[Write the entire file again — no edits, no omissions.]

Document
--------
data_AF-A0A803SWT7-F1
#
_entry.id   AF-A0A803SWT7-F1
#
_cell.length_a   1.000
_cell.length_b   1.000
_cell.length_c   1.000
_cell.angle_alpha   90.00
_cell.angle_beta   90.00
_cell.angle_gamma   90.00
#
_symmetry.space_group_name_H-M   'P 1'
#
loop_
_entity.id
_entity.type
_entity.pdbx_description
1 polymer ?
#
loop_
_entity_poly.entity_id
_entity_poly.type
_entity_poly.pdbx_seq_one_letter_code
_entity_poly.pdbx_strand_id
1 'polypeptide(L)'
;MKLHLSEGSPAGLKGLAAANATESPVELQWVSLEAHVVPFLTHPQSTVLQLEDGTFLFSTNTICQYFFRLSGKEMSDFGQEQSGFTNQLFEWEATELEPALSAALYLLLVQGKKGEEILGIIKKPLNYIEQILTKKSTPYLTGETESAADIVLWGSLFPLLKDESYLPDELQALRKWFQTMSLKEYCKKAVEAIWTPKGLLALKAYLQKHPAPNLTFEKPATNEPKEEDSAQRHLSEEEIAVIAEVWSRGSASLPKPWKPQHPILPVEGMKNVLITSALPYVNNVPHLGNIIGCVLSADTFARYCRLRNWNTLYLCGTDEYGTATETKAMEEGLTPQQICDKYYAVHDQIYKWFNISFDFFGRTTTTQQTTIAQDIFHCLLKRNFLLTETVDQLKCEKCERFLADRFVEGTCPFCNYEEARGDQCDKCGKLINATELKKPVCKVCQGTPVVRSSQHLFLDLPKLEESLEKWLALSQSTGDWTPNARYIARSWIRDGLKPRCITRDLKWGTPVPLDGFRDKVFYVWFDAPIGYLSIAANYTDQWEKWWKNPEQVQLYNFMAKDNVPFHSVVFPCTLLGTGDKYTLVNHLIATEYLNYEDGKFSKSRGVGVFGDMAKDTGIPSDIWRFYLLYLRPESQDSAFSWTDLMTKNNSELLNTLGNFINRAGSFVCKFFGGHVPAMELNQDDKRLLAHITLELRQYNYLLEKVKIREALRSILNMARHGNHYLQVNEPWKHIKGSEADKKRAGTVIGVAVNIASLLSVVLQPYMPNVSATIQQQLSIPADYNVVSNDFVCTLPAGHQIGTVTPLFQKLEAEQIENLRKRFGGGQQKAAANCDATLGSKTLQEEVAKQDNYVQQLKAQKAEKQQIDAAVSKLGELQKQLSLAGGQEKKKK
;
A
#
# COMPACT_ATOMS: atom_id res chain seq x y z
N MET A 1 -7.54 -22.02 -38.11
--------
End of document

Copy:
data_AF-A0A803SWT7-F1
#
_entry.id   AF-A0A803SWT7-F1
#
_cell.length_a   1.000
_cell.length_b   1.000
_cell.length_c   1.000
_cell.angle_alpha   90.00
_cell.angle_beta   90.00
_cell.angle_gamma   90.00
#
_symmetry.space_group_name_H-M   'P 1'
#
loop_
_entity.id
_entity.type
_entity.pdbx_description
1 polymer ?
#
loop_
_entity_poly.entity_id
_entity_poly.type
_entity_poly.pdbx_seq_one_letter_code
_entity_poly.pdbx_strand_id
1 'polypeptide(L)'
;MKLHLSEGSPAGLKGLAAANATESPVELQWVSLEAHVVPFLTHPQSTVLQLEDGTFLFSTNTICQYFFRLSGKEMSDFGQEQSGFTNQLFEWEATELEPALSAALYLLLVQGKKGEEILGIIKKPLNYIEQILTKKSTPYLTGETESAADIVLWGSLFPLLKDESYLPDELQALRKWFQTMSLKEYCKKAVEAIWTPKGLLALKAYLQKHPAPNLTFEKPATNEPKEEDSAQRHLSEEEIAVIAEVWSRGSASLPKPWKPQHPILPVEGMKNVLITSALPYVNNVPHLGNIIGCVLSADTFARYCRLRNWNTLYLCGTDEYGTATETKAMEEGLTPQQICDKYYAVHDQIYKWFNISFDFFGRTTTTQQTTIAQDIFHCLLKRNFLLTETVDQLKCEKCERFLADRFVEGTCPFCNYEEARGDQCDKCGKLINATELKKPVCKVCQGTPVVRSSQHLFLDLPKLEESLEKWLALSQSTGDWTPNARYIARSWIRDGLKPRCITRDLKWGTPVPLDGFRDKVFYVWFDAPIGYLSIAANYTDQWEKWWKNPEQVQLYNFMAKDNVPFHSVVFPCTLLGTGDKYTLVNHLIATEYLNYEDGKFSKSRGVGVFGDMAKDTGIPSDIWRFYLLYLRPESQDSAFSWTDLMTKNNSELLNTLGNFINRAGSFVCKFFGGHVPAMELNQDDKRLLAHITLELRQYNYLLEKVKIREALRSILNMARHGNHYLQVNEPWKHIKGSEADKKRAGTVIGVAVNIASLLSVVLQPYMPNVSATIQQQLSIPADYNVVSNDFVCTLPAGHQIGTVTPLFQKLEAEQIENLRKRFGGGQQKAAANCDATLGSKTLQEEVAKQDNYVQQLKAQKAEKQQIDAAVSKLGELQKQLSLAGGQEKKKK
;
A
#
# COMPACT_ATOMS: atom_id res chain seq x y z
N MET A 1 -7.54 -22.02 -38.11